This history starts with the creation of the British album chart in July 1956. Frank Sinatra's Songs for swinging lovers being the first number one.
It was the second half of the decade that saw the start of a gradual decline for the crooners such as Sinatra, Perry Como and Bing Crosby. They were replaced by, not one, but two phenomena - the musical soundtrack and Rock 'n' Roll. In truth it was musicals that dominated the period as far as albums were concerned. South Pacific, The King And I, Carousel, My Fair Lady, Gigi and Oklahoma were most prominent.
As far as singles were concerned, the stars were Elvis Presley, Buddy Holly, Bill Haley and a young Brit breaking through - Cliff Richard.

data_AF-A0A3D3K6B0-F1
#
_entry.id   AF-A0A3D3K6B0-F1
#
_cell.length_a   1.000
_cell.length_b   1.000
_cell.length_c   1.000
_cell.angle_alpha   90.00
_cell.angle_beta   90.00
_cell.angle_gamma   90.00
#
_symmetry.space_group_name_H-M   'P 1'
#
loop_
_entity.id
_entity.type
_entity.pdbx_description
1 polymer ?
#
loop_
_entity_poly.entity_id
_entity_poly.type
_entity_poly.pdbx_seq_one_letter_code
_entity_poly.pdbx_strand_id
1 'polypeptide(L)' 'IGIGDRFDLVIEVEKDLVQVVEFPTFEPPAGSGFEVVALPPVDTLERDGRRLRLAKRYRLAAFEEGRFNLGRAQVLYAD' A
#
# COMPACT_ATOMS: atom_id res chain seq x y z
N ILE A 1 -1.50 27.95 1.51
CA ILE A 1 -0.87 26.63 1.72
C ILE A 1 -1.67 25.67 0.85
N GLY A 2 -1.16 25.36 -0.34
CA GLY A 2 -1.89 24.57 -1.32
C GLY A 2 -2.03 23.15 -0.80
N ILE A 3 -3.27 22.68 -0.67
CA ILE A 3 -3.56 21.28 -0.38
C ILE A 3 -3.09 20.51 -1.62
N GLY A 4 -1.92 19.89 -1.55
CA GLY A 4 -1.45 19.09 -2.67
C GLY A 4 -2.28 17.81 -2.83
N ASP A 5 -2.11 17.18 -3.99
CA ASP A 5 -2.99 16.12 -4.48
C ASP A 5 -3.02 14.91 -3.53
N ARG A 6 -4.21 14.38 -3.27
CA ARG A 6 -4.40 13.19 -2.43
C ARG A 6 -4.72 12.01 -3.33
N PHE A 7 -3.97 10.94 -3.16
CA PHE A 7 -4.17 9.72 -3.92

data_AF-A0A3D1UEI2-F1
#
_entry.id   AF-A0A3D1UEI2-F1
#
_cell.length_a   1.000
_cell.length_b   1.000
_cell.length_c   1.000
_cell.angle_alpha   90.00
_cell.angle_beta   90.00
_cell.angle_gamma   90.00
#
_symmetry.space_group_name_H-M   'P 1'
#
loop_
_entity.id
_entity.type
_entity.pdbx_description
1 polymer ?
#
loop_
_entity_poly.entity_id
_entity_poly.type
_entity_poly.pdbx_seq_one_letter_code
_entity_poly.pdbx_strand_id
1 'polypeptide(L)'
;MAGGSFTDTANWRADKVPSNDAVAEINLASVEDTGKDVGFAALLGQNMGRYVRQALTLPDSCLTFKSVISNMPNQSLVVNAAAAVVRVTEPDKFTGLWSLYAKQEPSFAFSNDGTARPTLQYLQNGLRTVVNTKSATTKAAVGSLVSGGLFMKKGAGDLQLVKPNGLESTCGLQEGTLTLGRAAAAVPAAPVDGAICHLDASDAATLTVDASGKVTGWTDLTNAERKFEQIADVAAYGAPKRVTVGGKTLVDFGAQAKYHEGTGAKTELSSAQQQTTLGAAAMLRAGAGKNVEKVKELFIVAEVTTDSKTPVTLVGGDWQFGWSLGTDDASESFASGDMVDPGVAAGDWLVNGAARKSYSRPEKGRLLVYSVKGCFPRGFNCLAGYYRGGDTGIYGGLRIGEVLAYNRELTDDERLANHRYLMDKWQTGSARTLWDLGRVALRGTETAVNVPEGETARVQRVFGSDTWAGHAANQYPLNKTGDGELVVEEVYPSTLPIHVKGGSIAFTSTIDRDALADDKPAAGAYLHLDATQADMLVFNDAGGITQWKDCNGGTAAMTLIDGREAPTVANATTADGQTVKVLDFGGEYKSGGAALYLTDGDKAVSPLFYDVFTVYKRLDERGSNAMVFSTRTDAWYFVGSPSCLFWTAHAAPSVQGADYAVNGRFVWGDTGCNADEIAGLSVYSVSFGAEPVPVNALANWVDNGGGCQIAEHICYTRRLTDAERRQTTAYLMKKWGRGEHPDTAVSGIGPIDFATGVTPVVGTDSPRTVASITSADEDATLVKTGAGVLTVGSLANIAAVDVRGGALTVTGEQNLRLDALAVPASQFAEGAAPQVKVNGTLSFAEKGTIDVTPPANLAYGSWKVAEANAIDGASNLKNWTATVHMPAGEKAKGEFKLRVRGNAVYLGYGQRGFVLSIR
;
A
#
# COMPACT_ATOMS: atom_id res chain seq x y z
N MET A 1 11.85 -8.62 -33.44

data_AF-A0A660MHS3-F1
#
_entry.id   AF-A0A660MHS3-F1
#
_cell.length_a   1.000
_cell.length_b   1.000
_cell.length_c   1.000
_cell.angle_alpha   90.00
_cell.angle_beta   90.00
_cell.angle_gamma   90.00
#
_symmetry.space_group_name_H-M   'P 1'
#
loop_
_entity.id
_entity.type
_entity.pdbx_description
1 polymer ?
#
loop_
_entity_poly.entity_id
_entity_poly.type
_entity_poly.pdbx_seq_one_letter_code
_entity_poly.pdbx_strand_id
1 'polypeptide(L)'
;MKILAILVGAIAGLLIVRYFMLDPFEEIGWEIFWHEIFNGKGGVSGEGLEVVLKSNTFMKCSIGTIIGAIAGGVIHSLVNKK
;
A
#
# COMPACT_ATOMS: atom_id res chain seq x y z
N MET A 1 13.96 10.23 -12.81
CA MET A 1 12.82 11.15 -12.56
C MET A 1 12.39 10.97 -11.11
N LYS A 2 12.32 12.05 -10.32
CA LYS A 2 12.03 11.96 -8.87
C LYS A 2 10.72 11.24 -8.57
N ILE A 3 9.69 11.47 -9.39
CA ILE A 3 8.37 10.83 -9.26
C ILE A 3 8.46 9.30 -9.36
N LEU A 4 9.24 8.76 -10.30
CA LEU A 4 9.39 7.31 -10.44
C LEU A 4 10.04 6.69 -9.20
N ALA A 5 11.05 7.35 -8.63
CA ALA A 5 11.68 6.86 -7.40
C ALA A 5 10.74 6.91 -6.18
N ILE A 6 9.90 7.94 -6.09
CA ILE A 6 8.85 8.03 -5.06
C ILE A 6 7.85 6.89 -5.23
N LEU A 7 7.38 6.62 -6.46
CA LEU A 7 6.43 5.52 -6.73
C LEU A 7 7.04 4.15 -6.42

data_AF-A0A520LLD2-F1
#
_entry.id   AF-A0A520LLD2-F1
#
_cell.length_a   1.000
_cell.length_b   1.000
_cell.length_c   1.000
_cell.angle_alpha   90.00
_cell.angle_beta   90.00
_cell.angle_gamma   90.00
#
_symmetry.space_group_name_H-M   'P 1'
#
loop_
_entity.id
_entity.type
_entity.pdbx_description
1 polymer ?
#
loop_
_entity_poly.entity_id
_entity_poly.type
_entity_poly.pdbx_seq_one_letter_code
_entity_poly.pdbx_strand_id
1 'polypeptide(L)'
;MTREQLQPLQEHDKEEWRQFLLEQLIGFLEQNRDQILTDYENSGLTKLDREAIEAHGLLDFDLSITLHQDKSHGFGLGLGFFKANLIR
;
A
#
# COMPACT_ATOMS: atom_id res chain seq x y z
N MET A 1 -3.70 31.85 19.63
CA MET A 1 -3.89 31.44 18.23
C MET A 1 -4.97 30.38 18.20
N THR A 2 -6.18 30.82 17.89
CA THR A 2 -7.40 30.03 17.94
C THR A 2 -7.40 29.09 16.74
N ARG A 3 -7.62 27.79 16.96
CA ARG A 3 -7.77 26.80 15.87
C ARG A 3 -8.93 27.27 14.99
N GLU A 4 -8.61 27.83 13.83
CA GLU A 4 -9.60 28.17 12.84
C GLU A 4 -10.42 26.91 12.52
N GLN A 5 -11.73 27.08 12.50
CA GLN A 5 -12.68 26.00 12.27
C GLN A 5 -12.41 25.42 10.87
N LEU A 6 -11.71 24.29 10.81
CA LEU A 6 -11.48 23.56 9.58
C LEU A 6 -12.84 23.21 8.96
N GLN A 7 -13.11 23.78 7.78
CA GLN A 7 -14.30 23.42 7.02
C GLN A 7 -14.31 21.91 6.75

In Detroit, another musical giant was about to hatch. A young songwriter, who had supplied hits for Jackie Wilson, borrowed $800 from his family in late 1958. By January 1959, Berry Gordy had founded Motown Records at 2648 West Grand Boulevard in Detroit. Marv Johnson's Come To Me was the first release for a label that would become Hitsville USA.
The cinema lost both heroes and villains with deaths of Bela Lugosi, Humphrey Bogart, Oliver Hardy, Cecil B. DeMille. It also produced classic films - Bridge Over The River Kwai, Reach For The Sky, High Society, Cat On A Hot Tin Roof and more.
Sportsmen wore baggy shorts, spectators flat caps or hats and heroes came in all shapes and sizes. Above all else, there was the music.